U.S. Housing Market Valuation Surges Despite Local Variances
In a year marked by fluctuations in the housing market, the collective value of all homes in the United States has experienced an impressive increase of $2.6 trillion, as reported by Zillow. This growth, however, conceals localized disparities, with Metro Denver, in particular, witnessing a reduction in housing value.
Despite a drop in home prices in the latter half of 2022, attributed to a surge in mortgage rates, the national market has remained resilient. Nationally, home values have surged by 49% over the past year, now reaching a historic high of $52 trillion.
Orphe Divounguy, a Senior Economist at Zillow, attributes this national gain to several factors. While there has been a 1.3% increase in average home values over the past year, the bulk of the appreciation can be attributed to a surge in new construction.
Conversely, Metro Denver’s housing market paints a different picture, where it has struggled to match the national momentum. The local market has recorded an estimated loss of $5 billion in housing value over the past year, according to Zillow’s analysis. However, this decline is comparatively minor when viewed in the context of the market’s overall trajectory. Since the onset of the pandemic in early 2020, Metro Denver had witnessed an astounding gain of 41.6%, culminating in an overall valuation of $598 billion.
Divounguy highlights the factors contributing to Metro Denver’s divergence from national trends, citing lower affordability levels combined with a less robust new home construction landscape. He emphasizes that “the rapid increase in home values during the pandemic combined with higher mortgage rates caused housing affordability to fall to an all-time low in the Denver metro area.” Consequently, housing now consumes roughly 51% of the typical homebuyer’s income, effectively disqualifying many potential buyers.
Furthermore, a significant decline in local demand, coupled with elevated costs for builders, has led to a contraction in construction activity in Metro Denver, with permits experiencing a decline of approximately 17%. In contrast, the national market has benefited from a consistent flow of new homes throughout the spring and summer, helping to alleviate inventory shortages.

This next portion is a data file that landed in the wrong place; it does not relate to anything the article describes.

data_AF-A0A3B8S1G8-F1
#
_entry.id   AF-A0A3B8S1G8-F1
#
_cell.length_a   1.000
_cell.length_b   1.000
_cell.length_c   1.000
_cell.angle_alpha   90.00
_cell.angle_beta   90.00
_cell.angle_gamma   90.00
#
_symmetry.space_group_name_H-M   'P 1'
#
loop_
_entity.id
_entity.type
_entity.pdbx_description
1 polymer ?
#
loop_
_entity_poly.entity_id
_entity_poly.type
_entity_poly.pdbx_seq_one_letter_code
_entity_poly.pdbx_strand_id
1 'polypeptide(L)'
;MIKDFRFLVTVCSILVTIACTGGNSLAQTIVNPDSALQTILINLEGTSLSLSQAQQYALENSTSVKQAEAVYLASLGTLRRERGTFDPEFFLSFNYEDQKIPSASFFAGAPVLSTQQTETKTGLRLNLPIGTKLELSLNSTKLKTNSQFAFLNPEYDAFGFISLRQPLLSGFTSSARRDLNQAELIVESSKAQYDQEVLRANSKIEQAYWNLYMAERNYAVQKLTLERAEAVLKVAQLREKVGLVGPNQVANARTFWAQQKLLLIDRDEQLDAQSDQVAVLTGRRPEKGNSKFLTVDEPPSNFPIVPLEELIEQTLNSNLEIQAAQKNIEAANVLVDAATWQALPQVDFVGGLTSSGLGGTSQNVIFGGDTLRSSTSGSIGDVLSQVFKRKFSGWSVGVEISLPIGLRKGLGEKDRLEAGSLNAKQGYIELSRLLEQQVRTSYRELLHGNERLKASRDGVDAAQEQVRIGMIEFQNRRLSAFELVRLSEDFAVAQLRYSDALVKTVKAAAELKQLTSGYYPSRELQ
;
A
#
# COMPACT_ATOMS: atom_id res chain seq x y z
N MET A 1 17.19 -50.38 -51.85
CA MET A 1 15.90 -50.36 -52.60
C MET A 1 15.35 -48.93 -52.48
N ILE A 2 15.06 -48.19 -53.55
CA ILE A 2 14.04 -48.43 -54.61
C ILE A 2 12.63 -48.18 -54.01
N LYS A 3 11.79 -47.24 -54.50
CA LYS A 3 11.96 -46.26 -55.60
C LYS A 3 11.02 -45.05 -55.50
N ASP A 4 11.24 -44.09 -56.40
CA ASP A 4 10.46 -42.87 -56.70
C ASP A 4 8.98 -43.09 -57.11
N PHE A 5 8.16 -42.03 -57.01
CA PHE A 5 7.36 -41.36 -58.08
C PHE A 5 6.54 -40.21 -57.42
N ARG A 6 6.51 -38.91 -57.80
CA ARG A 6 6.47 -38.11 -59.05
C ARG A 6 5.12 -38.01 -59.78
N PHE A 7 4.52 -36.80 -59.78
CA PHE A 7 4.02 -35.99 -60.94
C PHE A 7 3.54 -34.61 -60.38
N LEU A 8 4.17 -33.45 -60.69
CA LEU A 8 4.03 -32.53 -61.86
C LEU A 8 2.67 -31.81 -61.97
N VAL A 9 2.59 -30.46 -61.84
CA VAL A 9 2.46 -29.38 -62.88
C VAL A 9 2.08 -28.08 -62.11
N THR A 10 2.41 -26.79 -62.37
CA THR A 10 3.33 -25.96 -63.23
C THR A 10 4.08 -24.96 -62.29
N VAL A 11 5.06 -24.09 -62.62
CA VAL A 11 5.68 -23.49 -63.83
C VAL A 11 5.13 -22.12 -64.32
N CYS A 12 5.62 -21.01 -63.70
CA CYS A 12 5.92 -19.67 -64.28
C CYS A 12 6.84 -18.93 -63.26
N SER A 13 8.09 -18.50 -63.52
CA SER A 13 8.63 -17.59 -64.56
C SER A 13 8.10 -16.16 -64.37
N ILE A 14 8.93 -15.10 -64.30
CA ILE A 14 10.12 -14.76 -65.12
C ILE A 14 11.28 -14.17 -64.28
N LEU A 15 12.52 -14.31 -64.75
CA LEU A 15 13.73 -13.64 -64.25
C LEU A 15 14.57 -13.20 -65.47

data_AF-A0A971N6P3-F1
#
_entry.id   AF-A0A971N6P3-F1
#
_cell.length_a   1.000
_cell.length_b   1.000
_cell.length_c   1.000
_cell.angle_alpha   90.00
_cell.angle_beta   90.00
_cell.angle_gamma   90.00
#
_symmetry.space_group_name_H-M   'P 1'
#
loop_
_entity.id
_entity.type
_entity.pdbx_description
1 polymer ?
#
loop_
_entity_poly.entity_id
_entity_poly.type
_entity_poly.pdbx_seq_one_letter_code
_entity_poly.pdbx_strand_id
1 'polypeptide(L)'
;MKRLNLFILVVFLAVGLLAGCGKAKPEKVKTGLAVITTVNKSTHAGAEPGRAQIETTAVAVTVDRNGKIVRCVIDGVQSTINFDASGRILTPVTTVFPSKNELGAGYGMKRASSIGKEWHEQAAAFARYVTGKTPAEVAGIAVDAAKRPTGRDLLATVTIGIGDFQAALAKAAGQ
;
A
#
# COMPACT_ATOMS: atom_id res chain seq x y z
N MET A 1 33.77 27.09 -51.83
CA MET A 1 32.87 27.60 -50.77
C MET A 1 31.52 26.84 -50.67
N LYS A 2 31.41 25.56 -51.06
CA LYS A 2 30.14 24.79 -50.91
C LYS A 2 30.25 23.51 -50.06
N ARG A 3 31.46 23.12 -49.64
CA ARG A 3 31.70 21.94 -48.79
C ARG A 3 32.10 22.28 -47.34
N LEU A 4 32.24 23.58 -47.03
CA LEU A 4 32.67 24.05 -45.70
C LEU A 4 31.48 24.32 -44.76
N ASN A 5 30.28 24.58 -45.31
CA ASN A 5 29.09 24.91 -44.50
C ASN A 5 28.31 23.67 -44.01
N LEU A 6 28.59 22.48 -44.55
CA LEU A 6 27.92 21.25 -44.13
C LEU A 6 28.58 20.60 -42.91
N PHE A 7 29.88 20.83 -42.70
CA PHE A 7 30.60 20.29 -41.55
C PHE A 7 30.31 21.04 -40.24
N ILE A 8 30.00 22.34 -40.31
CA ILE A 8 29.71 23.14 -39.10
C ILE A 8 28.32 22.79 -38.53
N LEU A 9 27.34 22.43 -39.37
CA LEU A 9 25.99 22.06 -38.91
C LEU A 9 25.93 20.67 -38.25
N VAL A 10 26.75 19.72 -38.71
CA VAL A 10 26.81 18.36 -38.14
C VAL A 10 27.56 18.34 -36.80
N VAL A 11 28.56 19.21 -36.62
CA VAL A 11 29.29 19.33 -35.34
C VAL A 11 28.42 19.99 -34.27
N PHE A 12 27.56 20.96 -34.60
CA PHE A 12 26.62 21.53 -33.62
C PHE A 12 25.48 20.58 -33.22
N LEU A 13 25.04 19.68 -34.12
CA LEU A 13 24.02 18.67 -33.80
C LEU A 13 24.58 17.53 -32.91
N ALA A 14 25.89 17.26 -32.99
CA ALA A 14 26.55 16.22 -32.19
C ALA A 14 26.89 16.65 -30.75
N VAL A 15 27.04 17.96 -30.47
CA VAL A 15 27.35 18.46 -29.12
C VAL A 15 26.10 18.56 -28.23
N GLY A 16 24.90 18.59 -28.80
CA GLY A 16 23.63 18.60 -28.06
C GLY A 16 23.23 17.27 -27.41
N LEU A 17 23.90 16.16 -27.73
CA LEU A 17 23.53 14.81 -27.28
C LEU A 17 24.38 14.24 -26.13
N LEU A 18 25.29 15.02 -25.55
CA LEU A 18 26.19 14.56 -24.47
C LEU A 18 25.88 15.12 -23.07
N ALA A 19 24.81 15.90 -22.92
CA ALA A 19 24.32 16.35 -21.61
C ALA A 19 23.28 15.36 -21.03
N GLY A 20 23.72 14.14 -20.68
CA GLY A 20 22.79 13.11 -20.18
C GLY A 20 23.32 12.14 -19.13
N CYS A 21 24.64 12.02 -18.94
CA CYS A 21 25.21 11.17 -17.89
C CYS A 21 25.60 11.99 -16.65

Zooming out to encompass the entirety of Colorado, the housing market, excluding apartments, reached its peak valuation on May 1, 2022, at $1.33 trillion. However, this value dipped to $1.2 trillion at the beginning of the year, only to subsequently recover to $1.27 trillion.
Data from the S&P Case Shiller Home Price Indices for July reveal a 1% year-over-year increase in U.S. home prices, while Metro Denver experienced a decline of 2.9% during the same period. Between June and July, Denver saw a modest 0.47% gain.
Looking ahead, the U.S. housing market faces challenges in the form of rising mortgage rates. The Mortgage Bankers Association reported that mortgage rates have reached their highest level in over two decades, with the 30-year fixed mortgage rate standing at 7.41%. Higher rates have impacted mortgage activity, leading to a 27% drop in applications for home purchase loans over the past year and a 20% decrease in refinancing activity compared to the previous year.
However, despite the challenges posed by higher mortgage rates, a persistent demand from buyers in a constrained market has continued to drive prices upward, contrary to typical expectations. This dynamic raises concerns about the resurgence of escalating housing costs, potentially affecting the Federal Reserve’s ability to manage a soft landing for the economy, as highlighted by Sal Guatieri, a Senior Economist at BMO.